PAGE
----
Differential basal expression of immune genes confers Crassostrea gigas resistance to Pacific Oyster Mortality Syndrome
|Author(s)||De Lorgeril Julien1, Petton Bruno1, Lucasson Aude1, Perez Valérie1, Stenger Pierre-Louis1, Degremont Lionel1, Montagnani Caroline1, Escoubas Jean Michel2, Haffner Philippe1, Allienne Jean-François2, Leroy Marc2, Lagarde Franck1, Vidal Dupiol Jeremie1, Gueguen Yannick1, Mitta Guillaume3|
|Affiliation(s)||1 : Ifremer, france
2 : CNRS, france
3 : Univ perpignan, France
|Source||Bmc Genomics (1471-2164) (Research Square), 2020-01 , Vol. 21 , N. 1 , P. 63 (14p.)|
|Keyword(s)||Pacific oyster, Oyster disease, Resistance, OsHV-1, Antiviral molecular pathways, Invertebrate immunity|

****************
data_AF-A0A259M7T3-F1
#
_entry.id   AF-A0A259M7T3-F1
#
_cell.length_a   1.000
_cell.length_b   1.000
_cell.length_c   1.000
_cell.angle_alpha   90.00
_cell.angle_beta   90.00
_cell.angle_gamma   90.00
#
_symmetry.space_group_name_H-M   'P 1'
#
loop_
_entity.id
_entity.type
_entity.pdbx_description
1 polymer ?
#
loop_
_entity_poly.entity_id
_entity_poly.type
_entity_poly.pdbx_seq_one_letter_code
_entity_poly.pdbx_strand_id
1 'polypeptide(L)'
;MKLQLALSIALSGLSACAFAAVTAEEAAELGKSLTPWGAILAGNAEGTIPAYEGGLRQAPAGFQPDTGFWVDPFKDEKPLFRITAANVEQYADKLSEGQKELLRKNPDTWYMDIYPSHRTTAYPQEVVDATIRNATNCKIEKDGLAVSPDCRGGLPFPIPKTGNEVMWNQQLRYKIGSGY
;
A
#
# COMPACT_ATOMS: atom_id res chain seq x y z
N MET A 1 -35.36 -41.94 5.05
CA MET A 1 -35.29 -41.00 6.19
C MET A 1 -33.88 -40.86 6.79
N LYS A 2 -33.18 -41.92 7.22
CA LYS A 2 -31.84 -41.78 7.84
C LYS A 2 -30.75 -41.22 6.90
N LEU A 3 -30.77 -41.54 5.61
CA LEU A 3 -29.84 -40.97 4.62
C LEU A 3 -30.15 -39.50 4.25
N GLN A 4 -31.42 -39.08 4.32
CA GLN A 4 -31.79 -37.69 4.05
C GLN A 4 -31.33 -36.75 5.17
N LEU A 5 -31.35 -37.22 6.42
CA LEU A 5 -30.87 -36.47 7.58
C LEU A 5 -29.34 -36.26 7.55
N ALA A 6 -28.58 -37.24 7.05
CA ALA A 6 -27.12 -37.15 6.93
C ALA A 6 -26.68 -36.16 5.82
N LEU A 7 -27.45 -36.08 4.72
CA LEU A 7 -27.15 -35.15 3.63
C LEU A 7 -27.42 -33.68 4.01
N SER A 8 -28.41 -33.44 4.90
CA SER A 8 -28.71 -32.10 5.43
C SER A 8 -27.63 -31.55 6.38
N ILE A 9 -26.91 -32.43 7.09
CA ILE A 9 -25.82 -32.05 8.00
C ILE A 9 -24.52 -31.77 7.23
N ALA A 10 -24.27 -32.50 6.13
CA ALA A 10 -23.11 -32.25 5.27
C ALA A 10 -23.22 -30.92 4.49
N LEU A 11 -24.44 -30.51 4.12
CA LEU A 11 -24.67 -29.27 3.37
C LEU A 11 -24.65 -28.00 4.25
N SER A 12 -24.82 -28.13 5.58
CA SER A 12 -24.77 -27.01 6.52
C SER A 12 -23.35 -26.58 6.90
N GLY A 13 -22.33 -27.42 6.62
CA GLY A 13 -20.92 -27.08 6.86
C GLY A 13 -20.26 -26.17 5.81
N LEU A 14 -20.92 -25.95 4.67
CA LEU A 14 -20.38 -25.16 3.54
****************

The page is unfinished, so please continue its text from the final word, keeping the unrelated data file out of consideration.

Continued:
Background: As a major threat to the oyster industry, Pacific Oyster Mortality Syndrome (POMS) is a polymicrobial disease affecting the main oyster species farmed across the world. POMS affects oyster juveniles and became panzootic this last decade, but POMS resistance in some oyster genotypes has emerged. While we know some genetic loci associated with resistance, the underlying mechanisms remained uncharacterized. So, we developed a comparative transcriptomic approach using basal gene expression profiles between different oyster biparental families with contrasted phenotypes when confronted to POMS (resistant or susceptible). Results: We showed that POMS resistant oysters show differential expression of genes involved in stress responses, protein modifications, maintenance of DNA integrity and repair, and immune and antiviral pathways. We found similarities and clear differences among different molecular pathways in the different resistant families. These results suggest that the resistance process is polygenic and partially varies according to the oyster genotype. Conclusions: We found differences in basal expression levels of genes related to TLR-NFκB, JAK-STAT and STING-RLR pathways. These differences could explain the best antiviral response, as well as the robustness of resistant oysters when confronted to POMS. As some of these genes represent valuable candidates for selective breeding, we propose future studies should further examine their function.